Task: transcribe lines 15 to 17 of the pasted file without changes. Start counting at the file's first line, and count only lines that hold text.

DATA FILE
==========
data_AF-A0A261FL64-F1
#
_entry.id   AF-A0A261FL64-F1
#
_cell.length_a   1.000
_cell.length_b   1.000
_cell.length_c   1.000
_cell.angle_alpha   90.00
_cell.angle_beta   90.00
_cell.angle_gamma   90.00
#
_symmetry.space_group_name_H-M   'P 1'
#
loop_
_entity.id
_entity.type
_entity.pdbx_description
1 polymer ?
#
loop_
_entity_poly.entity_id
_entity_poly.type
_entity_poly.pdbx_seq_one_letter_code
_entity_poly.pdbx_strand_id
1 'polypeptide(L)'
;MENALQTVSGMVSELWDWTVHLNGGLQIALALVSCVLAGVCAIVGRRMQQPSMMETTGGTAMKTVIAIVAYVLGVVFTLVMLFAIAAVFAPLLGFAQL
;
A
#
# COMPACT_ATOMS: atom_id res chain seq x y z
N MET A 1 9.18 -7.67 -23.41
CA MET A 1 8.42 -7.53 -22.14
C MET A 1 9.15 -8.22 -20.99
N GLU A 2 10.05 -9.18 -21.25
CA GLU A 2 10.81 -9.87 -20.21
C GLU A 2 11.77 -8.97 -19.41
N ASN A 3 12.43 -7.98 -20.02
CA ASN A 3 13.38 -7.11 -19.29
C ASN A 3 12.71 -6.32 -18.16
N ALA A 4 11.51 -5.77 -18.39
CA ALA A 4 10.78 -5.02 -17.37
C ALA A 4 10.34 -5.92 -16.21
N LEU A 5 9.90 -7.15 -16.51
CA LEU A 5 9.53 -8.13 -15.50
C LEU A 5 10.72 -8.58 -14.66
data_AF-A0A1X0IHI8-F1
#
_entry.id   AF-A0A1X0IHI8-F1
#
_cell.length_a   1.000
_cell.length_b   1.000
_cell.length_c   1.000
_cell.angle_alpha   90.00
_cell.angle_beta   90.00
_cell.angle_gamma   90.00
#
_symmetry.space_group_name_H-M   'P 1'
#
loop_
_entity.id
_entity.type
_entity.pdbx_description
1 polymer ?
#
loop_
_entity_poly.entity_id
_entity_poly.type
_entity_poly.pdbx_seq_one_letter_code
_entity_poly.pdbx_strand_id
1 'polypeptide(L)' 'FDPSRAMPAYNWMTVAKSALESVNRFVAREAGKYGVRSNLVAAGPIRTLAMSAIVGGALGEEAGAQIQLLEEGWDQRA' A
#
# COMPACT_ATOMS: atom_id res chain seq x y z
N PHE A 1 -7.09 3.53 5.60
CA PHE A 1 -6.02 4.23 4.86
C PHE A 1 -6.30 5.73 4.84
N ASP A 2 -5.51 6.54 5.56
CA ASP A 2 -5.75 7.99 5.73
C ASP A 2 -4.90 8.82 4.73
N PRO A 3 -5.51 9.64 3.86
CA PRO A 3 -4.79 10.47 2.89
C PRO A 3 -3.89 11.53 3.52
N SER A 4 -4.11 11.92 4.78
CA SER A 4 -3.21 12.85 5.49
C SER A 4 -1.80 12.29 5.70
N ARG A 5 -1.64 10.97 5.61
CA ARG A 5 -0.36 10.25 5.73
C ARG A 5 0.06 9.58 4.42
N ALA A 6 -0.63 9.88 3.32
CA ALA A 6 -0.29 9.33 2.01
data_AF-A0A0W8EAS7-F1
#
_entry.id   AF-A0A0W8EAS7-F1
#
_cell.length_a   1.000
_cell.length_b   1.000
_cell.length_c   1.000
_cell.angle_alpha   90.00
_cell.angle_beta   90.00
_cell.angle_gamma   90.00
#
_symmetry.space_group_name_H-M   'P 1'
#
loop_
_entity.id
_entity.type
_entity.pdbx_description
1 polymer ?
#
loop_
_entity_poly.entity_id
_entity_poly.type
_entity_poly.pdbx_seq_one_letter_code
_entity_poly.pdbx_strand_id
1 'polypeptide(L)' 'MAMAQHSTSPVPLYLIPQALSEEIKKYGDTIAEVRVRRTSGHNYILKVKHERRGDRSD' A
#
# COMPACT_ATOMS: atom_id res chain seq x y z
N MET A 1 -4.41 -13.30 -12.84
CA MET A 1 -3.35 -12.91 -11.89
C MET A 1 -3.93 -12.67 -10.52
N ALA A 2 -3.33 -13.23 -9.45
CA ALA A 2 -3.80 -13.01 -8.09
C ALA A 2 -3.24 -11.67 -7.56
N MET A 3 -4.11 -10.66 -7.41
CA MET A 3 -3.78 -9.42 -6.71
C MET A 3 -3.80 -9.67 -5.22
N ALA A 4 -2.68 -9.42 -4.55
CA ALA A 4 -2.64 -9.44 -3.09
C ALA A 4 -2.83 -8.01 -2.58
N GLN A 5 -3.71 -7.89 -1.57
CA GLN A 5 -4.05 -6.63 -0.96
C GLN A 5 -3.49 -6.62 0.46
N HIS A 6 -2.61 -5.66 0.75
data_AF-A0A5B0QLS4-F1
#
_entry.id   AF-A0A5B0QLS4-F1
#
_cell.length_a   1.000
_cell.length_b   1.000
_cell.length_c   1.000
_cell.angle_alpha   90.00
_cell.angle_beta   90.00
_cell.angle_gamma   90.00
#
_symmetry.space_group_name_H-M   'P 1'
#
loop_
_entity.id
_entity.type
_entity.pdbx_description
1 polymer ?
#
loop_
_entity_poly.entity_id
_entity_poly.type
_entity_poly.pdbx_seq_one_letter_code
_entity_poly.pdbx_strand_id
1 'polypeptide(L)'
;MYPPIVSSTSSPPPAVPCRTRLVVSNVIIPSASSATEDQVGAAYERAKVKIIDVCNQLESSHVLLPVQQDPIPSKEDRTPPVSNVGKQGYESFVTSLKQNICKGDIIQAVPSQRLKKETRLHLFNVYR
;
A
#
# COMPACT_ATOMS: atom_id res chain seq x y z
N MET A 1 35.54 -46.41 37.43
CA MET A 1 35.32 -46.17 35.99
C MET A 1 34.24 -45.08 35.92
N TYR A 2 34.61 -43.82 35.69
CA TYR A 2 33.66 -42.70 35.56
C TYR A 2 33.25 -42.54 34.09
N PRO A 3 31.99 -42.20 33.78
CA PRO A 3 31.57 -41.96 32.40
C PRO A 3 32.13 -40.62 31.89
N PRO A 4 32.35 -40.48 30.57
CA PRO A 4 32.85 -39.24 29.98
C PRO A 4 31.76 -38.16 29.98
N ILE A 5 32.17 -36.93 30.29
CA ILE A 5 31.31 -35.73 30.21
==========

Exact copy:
_entity.id
_entity.type
_entity.pdbx_description